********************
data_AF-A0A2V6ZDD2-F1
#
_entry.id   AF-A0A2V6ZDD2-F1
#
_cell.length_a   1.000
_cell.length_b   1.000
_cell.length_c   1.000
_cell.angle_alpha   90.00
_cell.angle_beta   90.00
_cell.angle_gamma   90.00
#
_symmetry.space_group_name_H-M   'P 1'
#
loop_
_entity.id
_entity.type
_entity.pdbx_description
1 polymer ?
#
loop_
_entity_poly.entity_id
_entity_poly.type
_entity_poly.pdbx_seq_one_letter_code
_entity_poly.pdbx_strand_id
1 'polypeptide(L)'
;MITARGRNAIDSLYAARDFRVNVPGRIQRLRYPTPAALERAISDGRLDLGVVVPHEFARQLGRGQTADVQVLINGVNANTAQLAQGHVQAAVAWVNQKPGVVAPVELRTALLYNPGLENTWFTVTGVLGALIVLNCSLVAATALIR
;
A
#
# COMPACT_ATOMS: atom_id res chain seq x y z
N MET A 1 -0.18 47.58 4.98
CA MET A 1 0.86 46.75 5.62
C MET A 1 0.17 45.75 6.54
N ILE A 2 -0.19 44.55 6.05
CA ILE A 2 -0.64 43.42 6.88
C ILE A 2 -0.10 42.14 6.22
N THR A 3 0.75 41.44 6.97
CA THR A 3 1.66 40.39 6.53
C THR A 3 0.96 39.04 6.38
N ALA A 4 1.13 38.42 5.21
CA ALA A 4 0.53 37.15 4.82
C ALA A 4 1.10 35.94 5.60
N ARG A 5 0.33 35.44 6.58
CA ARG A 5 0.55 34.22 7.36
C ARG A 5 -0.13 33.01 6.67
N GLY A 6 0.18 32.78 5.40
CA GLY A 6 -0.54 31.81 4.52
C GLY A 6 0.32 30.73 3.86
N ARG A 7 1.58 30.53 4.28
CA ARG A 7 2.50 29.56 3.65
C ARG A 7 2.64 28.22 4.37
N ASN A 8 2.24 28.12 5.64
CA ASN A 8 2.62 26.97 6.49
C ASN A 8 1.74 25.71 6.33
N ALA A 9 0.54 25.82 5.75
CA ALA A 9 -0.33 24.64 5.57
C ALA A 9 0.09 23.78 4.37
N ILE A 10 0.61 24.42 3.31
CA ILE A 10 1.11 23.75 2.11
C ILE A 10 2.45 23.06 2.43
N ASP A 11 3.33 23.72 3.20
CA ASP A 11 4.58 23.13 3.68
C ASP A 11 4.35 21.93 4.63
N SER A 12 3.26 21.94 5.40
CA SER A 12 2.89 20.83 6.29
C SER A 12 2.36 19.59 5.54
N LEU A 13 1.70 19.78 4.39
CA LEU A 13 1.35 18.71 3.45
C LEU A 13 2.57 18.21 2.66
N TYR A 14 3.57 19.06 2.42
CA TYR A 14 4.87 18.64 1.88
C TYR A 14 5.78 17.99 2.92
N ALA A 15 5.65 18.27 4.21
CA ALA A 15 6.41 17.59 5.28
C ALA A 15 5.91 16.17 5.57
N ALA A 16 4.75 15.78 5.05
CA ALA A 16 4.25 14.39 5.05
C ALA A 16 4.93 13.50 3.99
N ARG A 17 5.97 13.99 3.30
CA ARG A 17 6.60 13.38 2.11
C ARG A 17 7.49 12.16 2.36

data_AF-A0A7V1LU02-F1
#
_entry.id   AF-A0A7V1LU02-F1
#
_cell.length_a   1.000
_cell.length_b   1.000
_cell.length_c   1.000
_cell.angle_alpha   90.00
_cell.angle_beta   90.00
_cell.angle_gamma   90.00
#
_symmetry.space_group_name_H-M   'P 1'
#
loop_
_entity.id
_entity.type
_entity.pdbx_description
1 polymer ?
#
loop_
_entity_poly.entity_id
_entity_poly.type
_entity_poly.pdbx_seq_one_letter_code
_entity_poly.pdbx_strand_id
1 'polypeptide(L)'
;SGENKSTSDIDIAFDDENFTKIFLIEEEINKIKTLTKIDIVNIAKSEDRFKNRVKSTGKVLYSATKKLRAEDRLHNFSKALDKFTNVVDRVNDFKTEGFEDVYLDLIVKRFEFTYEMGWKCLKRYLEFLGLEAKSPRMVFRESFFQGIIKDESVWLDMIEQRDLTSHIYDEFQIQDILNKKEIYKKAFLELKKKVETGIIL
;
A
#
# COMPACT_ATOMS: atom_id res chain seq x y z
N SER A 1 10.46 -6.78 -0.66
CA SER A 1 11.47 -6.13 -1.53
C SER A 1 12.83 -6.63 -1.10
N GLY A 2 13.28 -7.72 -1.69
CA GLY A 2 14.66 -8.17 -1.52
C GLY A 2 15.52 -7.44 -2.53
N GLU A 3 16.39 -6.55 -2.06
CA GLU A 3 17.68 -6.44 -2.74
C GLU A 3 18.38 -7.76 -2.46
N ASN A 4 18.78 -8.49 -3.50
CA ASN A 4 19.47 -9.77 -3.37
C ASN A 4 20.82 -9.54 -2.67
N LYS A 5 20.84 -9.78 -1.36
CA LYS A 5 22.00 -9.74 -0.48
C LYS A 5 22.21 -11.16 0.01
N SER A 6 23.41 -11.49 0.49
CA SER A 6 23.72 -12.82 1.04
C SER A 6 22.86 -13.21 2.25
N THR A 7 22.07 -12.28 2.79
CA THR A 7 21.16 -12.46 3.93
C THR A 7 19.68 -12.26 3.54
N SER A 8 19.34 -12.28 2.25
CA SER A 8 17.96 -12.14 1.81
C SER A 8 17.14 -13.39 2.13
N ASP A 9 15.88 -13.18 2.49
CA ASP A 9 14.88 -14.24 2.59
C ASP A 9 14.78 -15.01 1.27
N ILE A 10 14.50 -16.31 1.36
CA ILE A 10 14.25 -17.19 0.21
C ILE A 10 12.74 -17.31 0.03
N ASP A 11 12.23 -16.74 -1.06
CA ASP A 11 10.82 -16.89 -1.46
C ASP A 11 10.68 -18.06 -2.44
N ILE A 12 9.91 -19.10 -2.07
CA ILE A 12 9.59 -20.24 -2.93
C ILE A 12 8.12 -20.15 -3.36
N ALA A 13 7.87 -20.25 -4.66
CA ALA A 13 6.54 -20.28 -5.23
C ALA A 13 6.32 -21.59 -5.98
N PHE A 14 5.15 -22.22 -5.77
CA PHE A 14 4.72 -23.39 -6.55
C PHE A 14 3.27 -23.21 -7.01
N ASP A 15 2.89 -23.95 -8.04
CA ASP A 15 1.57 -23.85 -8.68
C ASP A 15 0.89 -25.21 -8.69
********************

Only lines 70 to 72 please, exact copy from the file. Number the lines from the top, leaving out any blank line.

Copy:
N TYR A 14 3.57 19.06 2.42
CA TYR A 14 4.87 18.64 1.88
C TYR A 14 5.78 17.99 2.92